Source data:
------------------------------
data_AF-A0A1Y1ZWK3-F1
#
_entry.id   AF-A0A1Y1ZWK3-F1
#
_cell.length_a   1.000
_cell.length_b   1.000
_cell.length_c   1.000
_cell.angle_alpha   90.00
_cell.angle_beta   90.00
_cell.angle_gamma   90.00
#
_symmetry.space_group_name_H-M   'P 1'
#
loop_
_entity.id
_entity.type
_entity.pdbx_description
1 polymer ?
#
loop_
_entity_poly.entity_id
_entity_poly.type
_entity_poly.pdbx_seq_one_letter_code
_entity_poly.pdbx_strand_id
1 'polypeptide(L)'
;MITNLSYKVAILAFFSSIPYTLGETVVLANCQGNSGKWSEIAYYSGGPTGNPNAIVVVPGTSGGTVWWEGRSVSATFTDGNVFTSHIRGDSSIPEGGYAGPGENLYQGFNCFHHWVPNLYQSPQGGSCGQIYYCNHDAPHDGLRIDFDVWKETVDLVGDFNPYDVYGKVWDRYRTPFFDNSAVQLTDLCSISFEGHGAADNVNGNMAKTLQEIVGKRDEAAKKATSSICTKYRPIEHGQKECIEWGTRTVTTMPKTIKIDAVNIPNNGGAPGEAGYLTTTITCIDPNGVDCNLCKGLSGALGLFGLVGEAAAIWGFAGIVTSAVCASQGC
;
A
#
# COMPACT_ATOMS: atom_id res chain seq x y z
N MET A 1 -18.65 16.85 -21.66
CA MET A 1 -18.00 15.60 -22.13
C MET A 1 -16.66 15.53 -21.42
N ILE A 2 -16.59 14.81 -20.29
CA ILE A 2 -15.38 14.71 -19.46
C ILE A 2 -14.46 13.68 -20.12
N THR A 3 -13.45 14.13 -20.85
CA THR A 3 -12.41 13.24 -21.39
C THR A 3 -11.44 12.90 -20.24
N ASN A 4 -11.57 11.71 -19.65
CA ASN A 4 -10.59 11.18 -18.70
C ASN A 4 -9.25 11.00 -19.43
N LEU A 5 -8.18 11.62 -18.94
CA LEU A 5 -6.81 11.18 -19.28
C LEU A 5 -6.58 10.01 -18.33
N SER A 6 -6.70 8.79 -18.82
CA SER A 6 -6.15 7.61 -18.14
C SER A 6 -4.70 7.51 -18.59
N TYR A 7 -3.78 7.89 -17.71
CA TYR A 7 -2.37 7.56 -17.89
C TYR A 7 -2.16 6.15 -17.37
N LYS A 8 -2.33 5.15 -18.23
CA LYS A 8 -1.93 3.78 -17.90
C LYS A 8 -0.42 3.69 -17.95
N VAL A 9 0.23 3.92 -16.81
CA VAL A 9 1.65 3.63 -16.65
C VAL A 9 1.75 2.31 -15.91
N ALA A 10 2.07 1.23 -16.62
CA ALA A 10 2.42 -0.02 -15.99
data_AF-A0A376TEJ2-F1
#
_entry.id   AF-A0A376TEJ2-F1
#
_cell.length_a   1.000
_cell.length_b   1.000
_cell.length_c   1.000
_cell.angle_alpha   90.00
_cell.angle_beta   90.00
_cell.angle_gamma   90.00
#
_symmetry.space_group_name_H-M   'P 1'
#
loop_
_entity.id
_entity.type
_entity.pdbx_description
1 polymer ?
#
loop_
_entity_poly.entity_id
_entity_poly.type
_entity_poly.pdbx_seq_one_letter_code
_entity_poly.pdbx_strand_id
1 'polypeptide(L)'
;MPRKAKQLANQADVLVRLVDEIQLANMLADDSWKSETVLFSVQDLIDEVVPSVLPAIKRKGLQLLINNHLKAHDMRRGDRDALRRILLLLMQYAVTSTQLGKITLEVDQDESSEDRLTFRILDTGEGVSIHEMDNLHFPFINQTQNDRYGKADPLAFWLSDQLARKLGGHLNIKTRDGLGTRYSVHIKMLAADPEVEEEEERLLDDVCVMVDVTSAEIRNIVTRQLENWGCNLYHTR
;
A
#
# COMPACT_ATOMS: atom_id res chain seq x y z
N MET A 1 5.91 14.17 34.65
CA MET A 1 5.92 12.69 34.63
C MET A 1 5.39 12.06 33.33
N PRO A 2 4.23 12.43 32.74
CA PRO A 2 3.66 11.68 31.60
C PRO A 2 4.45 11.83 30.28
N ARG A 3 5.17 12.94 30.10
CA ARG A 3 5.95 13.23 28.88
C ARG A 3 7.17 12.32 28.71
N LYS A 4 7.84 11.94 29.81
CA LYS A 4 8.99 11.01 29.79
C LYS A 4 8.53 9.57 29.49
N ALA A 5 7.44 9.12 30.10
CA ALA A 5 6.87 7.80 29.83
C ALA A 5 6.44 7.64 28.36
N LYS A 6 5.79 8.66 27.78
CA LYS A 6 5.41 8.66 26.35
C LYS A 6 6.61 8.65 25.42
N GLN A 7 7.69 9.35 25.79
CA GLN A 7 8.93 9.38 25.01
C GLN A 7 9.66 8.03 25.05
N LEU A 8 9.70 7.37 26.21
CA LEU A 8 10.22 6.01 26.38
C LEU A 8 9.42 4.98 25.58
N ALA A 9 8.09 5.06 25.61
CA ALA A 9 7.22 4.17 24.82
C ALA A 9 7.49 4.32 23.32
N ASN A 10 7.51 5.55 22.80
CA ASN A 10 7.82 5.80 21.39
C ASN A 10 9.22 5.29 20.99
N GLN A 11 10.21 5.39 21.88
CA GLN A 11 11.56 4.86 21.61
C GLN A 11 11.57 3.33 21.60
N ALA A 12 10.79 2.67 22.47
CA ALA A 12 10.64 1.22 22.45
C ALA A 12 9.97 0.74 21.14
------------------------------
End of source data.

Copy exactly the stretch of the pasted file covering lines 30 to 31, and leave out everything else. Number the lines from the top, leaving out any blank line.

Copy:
# COMPACT_ATOMS: atom_id res chain seq x y z
N MET A 1 -18.65 16.85 -21.66